Martian Brine May Have Enough Oxygen To Support Microbes


A new study claims that, if salty water does exist near the surface of Mars, it could have enough dissolved oxygen to support extraterrestrial life.

A team of scientists from the California Institute of Technology and the Jet Propulsion Lab proposed the possibility that there might be more oxygen in Mars than initially thought. The only problem is, it does not exist on the surface but underground where scientists believe lakes of salty liquid water can be found.

Based on their calculations, the levels of dissolved oxygen contained in these underground reservoirs might allow simple aerobic life to thrive in the red planet. These findings were published in the journal Nature Geoscience.

Waters Of Mars

Scientists have long suspected that there are large reserves of water under the surface of Mars. In 2002, the Odyssey spacecraft scanned the red planet from its orbit and found ice a few feet underground at high altitudes. Then, in 2016, the Mars Reconnaissance Orbiter found buried ice sheet located at the planet's mid-latitude that, according to estimates, hold water as much as Lake Superior. 

Meanwhile, in August, scientists published a study claiming that there might be subglacial liquid water under the surface of Mars. Radar scans suggest a stable reservoir of liquid water nearly a mile beneath the planet's south pole. Further hypothesis claims that the liquid water is salty based on the existence of perchlorate salts on various areas in the planet. 

Life On Mars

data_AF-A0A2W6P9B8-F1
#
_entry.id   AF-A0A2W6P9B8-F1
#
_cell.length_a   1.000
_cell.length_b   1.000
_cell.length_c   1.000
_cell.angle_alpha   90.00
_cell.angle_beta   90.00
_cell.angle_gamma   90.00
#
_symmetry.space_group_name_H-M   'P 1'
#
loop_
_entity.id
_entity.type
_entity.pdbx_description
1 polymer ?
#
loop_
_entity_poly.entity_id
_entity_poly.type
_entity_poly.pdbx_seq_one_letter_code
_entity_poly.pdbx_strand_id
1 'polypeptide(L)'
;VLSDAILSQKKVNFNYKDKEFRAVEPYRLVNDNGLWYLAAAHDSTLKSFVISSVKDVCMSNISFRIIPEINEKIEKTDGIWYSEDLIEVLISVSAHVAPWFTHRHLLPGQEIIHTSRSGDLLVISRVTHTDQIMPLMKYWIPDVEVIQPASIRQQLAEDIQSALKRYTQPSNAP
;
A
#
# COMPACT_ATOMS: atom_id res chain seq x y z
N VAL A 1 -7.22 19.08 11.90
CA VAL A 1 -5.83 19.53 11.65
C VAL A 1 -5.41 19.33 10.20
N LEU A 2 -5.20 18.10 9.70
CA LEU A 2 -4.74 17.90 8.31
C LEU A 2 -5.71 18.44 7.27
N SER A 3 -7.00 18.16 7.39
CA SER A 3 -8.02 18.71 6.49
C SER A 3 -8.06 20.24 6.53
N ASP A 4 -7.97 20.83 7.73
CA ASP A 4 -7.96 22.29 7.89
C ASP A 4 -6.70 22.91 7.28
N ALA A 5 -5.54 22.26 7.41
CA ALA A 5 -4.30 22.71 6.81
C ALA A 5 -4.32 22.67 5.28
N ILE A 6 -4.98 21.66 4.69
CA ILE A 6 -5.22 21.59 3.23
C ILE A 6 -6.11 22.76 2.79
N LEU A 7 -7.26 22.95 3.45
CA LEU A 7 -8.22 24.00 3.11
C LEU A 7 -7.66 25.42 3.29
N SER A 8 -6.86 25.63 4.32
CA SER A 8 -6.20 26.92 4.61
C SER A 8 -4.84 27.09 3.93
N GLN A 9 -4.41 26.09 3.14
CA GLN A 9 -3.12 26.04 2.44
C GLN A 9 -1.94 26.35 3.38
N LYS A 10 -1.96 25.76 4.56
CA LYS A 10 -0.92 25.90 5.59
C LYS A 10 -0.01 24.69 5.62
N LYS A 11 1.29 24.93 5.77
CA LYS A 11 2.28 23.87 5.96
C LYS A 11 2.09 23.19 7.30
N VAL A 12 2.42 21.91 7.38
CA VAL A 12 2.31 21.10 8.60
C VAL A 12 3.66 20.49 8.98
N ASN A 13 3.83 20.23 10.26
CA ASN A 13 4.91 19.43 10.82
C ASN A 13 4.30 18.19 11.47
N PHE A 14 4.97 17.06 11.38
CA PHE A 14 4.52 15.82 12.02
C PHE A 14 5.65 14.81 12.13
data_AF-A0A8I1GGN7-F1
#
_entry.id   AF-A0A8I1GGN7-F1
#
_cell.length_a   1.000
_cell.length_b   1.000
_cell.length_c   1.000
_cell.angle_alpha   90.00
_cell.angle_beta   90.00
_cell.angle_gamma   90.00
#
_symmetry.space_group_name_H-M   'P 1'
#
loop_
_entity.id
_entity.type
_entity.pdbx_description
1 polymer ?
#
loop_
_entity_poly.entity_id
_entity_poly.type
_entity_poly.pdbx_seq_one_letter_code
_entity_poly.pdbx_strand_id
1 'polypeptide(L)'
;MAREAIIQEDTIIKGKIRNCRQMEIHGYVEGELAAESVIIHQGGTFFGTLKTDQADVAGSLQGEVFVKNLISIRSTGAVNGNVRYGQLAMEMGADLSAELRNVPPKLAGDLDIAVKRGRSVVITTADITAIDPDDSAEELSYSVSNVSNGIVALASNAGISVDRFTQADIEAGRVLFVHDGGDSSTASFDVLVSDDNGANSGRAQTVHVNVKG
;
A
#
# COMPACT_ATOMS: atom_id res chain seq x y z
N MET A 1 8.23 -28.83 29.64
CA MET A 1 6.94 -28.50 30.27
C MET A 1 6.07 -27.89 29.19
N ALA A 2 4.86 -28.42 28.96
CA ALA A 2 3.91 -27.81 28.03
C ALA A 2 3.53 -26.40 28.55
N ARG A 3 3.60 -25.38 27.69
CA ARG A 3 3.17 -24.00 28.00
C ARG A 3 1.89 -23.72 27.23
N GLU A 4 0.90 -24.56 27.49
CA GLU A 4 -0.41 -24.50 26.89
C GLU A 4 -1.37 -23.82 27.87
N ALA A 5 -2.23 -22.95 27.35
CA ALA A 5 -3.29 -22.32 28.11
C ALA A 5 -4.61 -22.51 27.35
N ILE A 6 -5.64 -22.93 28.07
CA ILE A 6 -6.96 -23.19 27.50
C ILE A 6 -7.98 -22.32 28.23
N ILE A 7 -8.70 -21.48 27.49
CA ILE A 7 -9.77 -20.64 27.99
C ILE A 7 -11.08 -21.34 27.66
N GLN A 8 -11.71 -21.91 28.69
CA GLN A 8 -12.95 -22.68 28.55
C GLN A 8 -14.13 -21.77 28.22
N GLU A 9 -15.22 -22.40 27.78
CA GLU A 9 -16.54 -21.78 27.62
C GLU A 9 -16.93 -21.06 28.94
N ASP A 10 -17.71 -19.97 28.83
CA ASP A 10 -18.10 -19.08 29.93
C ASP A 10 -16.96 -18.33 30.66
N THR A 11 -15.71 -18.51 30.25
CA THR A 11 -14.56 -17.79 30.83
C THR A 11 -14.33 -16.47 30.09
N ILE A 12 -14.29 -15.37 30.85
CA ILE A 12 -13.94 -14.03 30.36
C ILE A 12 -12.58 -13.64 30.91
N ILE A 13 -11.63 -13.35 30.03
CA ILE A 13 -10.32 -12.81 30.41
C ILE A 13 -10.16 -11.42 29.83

The recent study conducted by Caltech and JPL scientists added to the hypothesis that there is salty liquid water below the surface that might have dissolved oxygen and, maybe, life. 

"Oxygen is a key ingredient when determining the habitability of an environment, but it is relatively scarce on Mars," stated Woody Fischer, a co-author of the study and a professor of geobiology at Caltech. 

The hypothesis is based on the presence of perchlorate which could have lowered the freezing point of water under the surface, allowing it to stay liquid despite the planet's extreme cold temperature. If the water is near enough to the surface, it could have also absorbed oxygen from the planet's thinning atmosphere. 

"Nobody ever thought that the concentrations of dissolved oxygen needed for aerobic respiration could theoretically exist on Mars," added co-author Vlada Stamenković of JPL. 

This, however, does not confirm that life exists on Mars. However, it does give scientists an idea of where to look for evidence of extraterrestrial creatures in future missions.

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